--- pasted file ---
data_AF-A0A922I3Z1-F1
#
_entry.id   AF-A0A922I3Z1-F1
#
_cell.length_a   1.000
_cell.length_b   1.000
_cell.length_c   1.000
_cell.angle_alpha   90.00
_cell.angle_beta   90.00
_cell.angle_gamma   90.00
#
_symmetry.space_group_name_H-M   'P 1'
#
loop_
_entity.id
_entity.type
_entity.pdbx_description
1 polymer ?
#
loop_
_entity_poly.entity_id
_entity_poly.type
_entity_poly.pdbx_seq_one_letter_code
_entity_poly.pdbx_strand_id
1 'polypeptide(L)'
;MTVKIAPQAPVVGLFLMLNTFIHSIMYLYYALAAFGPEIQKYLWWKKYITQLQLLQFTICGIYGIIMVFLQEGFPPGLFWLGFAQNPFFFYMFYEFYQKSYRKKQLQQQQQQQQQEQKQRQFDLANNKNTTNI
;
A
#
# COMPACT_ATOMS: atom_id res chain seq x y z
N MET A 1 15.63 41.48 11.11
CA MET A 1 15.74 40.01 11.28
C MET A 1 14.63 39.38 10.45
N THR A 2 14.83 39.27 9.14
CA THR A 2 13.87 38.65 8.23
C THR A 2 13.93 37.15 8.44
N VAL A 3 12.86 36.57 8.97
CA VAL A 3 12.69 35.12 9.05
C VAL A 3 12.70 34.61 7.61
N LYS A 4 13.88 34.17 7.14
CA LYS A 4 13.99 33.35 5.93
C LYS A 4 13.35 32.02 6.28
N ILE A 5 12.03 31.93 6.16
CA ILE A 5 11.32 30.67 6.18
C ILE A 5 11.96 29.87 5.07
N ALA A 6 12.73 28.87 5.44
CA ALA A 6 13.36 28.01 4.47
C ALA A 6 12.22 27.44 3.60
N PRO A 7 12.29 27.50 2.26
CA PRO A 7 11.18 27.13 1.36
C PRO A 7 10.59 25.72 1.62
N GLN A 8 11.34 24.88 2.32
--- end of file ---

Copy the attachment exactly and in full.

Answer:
data_AF-A0A922I3Z1-F1
#
_entry.id   AF-A0A922I3Z1-F1
#
_cell.length_a   1.000
_cell.length_b   1.000
_cell.length_c   1.000
_cell.angle_alpha   90.00
_cell.angle_beta   90.00
_cell.angle_gamma   90.00
#
_symmetry.space_group_name_H-M   'P 1'
#
loop_
_entity.id
_entity.type
_entity.pdbx_description
1 polymer ?
#
loop_
_entity_poly.entity_id
_entity_poly.type
_entity_poly.pdbx_seq_one_letter_code
_entity_poly.pdbx_strand_id
1 'polypeptide(L)'
;MTVKIAPQAPVVGLFLMLNTFIHSIMYLYYALAAFGPEIQKYLWWKKYITQLQLLQFTICGIYGIIMVFLQEGFPPGLFWLGFAQNPFFFYMFYEFYQKSYRKKQLQQQQQQQQQEQKQRQFDLANNKNTTNI
;
A
#
# COMPACT_ATOMS: atom_id res chain seq x y z
N MET A 1 15.63 41.48 11.11
CA MET A 1 15.74 40.01 11.28
C MET A 1 14.63 39.38 10.45
N THR A 2 14.83 39.27 9.14
CA THR A 2 13.87 38.65 8.23
C THR A 2 13.93 37.15 8.44
N VAL A 3 12.86 36.57 8.97
CA VAL A 3 12.69 35.12 9.05
C VAL A 3 12.70 34.61 7.61
N LYS A 4 13.88 34.17 7.14
CA LYS A 4 13.99 33.35 5.93
C LYS A 4 13.35 32.02 6.28
N ILE A 5 12.03 31.93 6.16
CA ILE A 5 11.32 30.67 6.18
C ILE A 5 11.96 29.87 5.07
N ALA A 6 12.73 28.87 5.44
CA ALA A 6 13.36 28.01 4.47
C ALA A 6 12.22 27.44 3.60
N PRO A 7 12.29 27.50 2.26
CA PRO A 7 11.18 27.13 1.36
C PRO A 7 10.59 25.72 1.62
N GLN A 8 11.34 24.88 2.32